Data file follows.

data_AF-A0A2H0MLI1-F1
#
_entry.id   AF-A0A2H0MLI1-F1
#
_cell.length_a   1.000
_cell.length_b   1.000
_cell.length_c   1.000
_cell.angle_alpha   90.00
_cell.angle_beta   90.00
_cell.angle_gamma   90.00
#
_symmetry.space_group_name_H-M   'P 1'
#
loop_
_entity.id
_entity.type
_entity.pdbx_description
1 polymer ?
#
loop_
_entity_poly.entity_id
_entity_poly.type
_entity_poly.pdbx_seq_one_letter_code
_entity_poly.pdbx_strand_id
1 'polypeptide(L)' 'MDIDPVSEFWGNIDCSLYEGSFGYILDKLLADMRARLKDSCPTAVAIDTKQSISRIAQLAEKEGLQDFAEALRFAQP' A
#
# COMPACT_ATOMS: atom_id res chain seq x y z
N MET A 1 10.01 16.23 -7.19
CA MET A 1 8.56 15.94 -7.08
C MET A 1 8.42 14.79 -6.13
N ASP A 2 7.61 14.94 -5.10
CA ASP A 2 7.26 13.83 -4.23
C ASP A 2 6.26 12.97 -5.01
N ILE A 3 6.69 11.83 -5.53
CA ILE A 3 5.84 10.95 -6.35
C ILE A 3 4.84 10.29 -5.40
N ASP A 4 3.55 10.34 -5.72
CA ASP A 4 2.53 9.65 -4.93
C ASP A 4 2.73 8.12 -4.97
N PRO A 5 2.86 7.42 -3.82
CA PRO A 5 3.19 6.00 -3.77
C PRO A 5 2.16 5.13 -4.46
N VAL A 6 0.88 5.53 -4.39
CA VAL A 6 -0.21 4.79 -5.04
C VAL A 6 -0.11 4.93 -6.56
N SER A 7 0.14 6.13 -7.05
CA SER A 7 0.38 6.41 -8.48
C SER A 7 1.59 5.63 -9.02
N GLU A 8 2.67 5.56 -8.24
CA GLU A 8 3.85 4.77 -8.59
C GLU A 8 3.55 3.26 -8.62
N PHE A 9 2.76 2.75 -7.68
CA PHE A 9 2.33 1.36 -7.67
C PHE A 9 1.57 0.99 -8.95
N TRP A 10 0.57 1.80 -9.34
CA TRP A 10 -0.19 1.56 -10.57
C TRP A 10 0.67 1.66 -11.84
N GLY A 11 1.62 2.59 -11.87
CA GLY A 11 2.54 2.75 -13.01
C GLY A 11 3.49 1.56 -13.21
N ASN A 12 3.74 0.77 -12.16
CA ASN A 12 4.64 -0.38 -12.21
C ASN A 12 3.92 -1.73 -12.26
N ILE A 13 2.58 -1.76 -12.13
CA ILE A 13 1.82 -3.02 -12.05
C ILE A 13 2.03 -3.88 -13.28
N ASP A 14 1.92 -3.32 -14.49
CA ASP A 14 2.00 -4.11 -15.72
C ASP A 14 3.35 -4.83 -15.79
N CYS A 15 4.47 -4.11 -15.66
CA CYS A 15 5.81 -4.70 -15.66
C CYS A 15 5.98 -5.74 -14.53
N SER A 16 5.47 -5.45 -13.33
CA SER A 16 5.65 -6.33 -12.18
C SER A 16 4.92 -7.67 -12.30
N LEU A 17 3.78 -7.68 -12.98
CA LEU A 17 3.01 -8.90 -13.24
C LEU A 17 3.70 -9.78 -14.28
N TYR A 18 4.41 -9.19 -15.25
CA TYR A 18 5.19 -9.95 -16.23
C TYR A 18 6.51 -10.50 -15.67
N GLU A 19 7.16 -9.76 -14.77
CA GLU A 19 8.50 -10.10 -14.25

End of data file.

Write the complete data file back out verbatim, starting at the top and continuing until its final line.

data_AF-A0A2H0MLI1-F1
#
_entry.id   AF-A0A2H0MLI1-F1
#
_cell.length_a   1.000
_cell.length_b   1.000
_cell.length_c   1.000
_cell.angle_alpha   90.00
_cell.angle_beta   90.00
_cell.angle_gamma   90.00
#
_symmetry.space_group_name_H-M   'P 1'
#
loop_
_entity.id
_entity.type
_entity.pdbx_description
1 polymer ?
#
loop_
_entity_poly.entity_id
_entity_poly.type
_entity_poly.pdbx_seq_one_letter_code
_entity_poly.pdbx_strand_id
1 'polypeptide(L)' 'MDIDPVSEFWGNIDCSLYEGSFGYILDKLLADMRARLKDSCPTAVAIDTKQSISRIAQLAEKEGLQDFAEALRFAQP' A
#
# COMPACT_ATOMS: atom_id res chain seq x y z
N MET A 1 10.01 16.23 -7.19
CA MET A 1 8.56 15.94 -7.08
C MET A 1 8.42 14.79 -6.13
N ASP A 2 7.61 14.94 -5.10
CA ASP A 2 7.26 13.83 -4.23
C ASP A 2 6.26 12.97 -5.01
N ILE A 3 6.69 11.83 -5.53
CA ILE A 3 5.84 10.95 -6.35
C ILE A 3 4.84 10.29 -5.40
N ASP A 4 3.55 10.34 -5.72
CA ASP A 4 2.53 9.65 -4.93
C ASP A 4 2.73 8.12 -4.97
N PRO A 5 2.86 7.42 -3.82
CA PRO A 5 3.19 6.00 -3.77
C PRO A 5 2.16 5.13 -4.46
N VAL A 6 0.88 5.53 -4.39
CA VAL A 6 -0.21 4.79 -5.04
C VAL A 6 -0.11 4.93 -6.56
N SER A 7 0.14 6.13 -7.05
CA SER A 7 0.38 6.41 -8.48
C SER A 7 1.59 5.63 -9.02
N GLU A 8 2.67 5.56 -8.24
CA GLU A 8 3.85 4.77 -8.59
C GLU A 8 3.55 3.26 -8.62
N PHE A 9 2.76 2.75 -7.68
CA PHE A 9 2.33 1.36 -7.67
C PHE A 9 1.57 0.99 -8.95
N TRP A 10 0.57 1.80 -9.34
CA TRP A 10 -0.19 1.56 -10.57
C TRP A 10 0.67 1.66 -11.84
N GLY A 11 1.62 2.59 -11.87
CA GLY A 11 2.54 2.75 -13.01
C GLY A 11 3.49 1.56 -13.21
N ASN A 12 3.74 0.77 -12.16
CA ASN A 12 4.64 -0.38 -12.21
C ASN A 12 3.92 -1.73 -12.26
N ILE A 13 2.58 -1.76 -12.13
CA ILE A 13 1.82 -3.02 -12.05
C ILE A 13 2.03 -3.88 -13.28
N ASP A 14 1.92 -3.32 -14.49
CA ASP A 14 2.00 -4.11 -15.72
C ASP A 14 3.35 -4.83 -15.79
N CYS A 15 4.47 -4.11 -15.66
CA CYS A 15 5.81 -4.70 -15.66
C CYS A 15 5.98 -5.74 -14.53
N SER A 16 5.47 -5.45 -13.33
CA SER A 16 5.65 -6.33 -12.18
C SER A 16 4.92 -7.67 -12.30
N LEU A 17 3.78 -7.68 -12.98
CA LEU A 17 3.01 -8.90 -13.24
C LEU A 17 3.70 -9.78 -14.28
N TYR A 18 4.41 -9.19 -15.25
CA TYR A 18 5.19 -9.95 -16.23
C TYR A 18 6.51 -10.50 -15.67
N GLU A 19 7.16 -9.76 -14.77
CA GLU A 19 8.50 -10.10 -14.25